Figshare It's always a pleasure when a student working on a final year project produces a piece of work which is worthy of a wider audience beyond examiners. I was in this fortunately position this year. Unfortunately, I was not in the position of being able to spend months of my time on the tortuous process of negotiating a paper into a traditional journal, so we decided to go down the Open Access route. My first thought was to try the relatively new bioRxiv, but the paper was rejected by them because they do not publish theses (so only partly open access then). After that it was back to the trusty figshare:

Morgan, Owen; Cann, Alan J. (2016): Xenotransplantation and the future of human organ transplants. figshare. https://dx.doi.org/10.6084/m9.figshare.3467228.v1






Tuesday, June 21, 2016

Microsoft Forms


I'm still trying to unpack the multitude of components of Office 365 and map them onto a vision of a loosely-joined VLE. Last week we figured out that OneNote Class Notebook (an administrative tool for OneNote) is an LMS add-in rather than a freestanding product. It's not clear whether the new Microsoft Forms is the same or not, but I'd certainly like to get my hands on it and kick the tyres.


Microsoft Forms - a new formative assessment and survey tool in Office 365 Education



Wednesday, June 15, 2016

Student peer review

Peer review I'd love to add a peer-review layer to a module I teach in which student write research proposal - but with the salami slicing of module credits, who's got the time?


Student peer review: enhancing formative feedback with a rebuttal. Assessment & Evaluation in Higher Education 13 Jun 2016 doi: 10.1080/02602938.2016.1194368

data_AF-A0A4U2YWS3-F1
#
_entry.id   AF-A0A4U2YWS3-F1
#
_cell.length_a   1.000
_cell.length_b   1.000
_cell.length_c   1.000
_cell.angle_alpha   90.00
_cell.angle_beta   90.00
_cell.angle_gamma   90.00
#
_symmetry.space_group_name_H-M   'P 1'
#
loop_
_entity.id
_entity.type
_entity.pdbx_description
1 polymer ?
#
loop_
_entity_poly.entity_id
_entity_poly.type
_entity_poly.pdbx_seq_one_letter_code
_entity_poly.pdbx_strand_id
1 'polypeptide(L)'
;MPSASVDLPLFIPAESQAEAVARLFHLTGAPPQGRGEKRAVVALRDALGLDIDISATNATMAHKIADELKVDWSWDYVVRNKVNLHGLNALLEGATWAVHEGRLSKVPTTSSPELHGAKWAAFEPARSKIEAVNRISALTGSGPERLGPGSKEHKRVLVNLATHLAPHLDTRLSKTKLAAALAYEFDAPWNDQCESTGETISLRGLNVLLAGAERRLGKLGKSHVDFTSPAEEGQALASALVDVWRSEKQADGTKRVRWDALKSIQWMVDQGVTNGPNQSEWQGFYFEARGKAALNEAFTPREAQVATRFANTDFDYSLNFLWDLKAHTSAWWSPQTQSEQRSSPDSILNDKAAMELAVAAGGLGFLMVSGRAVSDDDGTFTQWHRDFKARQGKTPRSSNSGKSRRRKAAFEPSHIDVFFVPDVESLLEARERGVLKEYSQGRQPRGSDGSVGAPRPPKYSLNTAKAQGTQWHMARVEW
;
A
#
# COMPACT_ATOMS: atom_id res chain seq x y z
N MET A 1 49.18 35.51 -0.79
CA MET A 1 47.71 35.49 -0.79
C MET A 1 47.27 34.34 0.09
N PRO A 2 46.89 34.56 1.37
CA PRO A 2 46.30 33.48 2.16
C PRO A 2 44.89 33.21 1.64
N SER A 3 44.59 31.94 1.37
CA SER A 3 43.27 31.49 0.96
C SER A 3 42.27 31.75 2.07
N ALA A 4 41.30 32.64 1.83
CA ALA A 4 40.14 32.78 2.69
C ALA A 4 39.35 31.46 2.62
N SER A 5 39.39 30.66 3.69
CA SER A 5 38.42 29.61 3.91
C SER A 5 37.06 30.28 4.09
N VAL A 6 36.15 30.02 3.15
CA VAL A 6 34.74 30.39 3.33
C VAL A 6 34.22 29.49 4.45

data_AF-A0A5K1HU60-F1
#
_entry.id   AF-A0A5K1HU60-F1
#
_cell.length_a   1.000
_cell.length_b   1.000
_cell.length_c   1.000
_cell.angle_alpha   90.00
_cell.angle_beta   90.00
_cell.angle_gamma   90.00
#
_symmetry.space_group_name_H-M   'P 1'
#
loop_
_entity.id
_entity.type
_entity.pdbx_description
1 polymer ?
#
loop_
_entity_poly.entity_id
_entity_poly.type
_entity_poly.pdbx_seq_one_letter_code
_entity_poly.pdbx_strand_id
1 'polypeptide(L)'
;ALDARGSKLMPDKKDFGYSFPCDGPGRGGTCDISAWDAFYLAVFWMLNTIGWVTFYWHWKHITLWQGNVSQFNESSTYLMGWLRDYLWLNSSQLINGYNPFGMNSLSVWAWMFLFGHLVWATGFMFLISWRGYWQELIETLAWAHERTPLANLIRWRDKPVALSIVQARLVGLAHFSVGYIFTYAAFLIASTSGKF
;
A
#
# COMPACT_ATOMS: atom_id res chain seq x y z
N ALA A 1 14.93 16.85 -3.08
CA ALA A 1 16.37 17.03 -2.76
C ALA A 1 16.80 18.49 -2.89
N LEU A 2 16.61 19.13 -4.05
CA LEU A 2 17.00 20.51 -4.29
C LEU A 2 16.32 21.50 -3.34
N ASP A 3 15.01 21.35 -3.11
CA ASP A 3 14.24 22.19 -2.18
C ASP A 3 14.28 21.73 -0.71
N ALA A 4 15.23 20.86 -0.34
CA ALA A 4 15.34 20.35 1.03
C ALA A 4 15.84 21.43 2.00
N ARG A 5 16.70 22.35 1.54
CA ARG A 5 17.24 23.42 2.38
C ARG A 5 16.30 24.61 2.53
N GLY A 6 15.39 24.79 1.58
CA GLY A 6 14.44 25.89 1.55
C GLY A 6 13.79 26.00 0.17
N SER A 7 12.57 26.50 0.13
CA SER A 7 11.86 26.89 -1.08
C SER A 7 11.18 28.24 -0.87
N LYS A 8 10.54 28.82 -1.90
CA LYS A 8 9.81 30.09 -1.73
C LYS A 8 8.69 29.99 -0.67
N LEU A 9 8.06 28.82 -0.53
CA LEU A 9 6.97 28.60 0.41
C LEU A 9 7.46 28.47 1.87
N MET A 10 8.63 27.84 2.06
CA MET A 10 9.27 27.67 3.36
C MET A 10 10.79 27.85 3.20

This study examines the use of peer review in an undergraduate ecology programme, in which students write a research proposal as a grant application, prior to carrying out the research project. Using a theoretical feedback model, we compared teacher and student peer reviews in a double blind exercise, and show how students responded to feedback given by each group. In addition, students wrote a rebuttal for every feedback point before re-drafting and submission. Despite students claiming they could tell if the reviewer was a teacher or student, this was not always the case, and both student and teacher feedback was accepted on merit. Analysis of feedback types and rebuttal actions showed similar patterns between students and teachers. Where teachers differed slightly was in the use of questions and giving direction. Interviews with students showed the rebuttal was a novel experience, because it required a consideration of each comment and justification as to why it was accepted, partially accepted or rejected. Being a reviewer helped students to learn about their own work, and it changed the way they understood the scientific literature. In addition, some students transferred their new peer review skills to help others outside of the ecology programme.





Tuesday, June 14, 2016

Unpacking a little more Microsoft Office 365 confusion

Office 365 Yesterday I wrote that I found Office 365 confusing. Digging around, I found this about some of the different options available:

  • Office 365 is a subscription service that includes the most recent version of Office, which currently is Office 2016. It comes with the applications like Word, PowerPoint, and Excel, plus extra online storage and ongoing tech support.
  • Office 2016 is also sold as a one-time purchase, which means you pay a single, up-front cost to get Office applications for one computer.
  • Office Online is the free version of Office that you can use in your web browser. Try the Office Online apps.


It seems to me that any movement towards Office 365 as a VLE replacement is a group work requirement. Office 365 has groups:



On a related theme, I clearly need to get to grips with the OneNote Class Notebook, all the more so because MS has just announced that this is now available for Macs.



Monday, June 13, 2016

Microsoft Office Mix

Office Mix Microsoft Office Mix looks interesting, but after 5 minutes of scratching the surface, seems to have holes in it.

Doesn't currently work on Macs? (it's not even fully cross-browser compatible). It's not clear if it works with Office 2016 on OS X or not. That may have just killed it.

It's not clear what MS means by "polls". They seem to mean multiple-user input quizzes for online presentations (as in "Facebook poll"), rather than live event polls a la TurningPoint - but I may have got that wrong?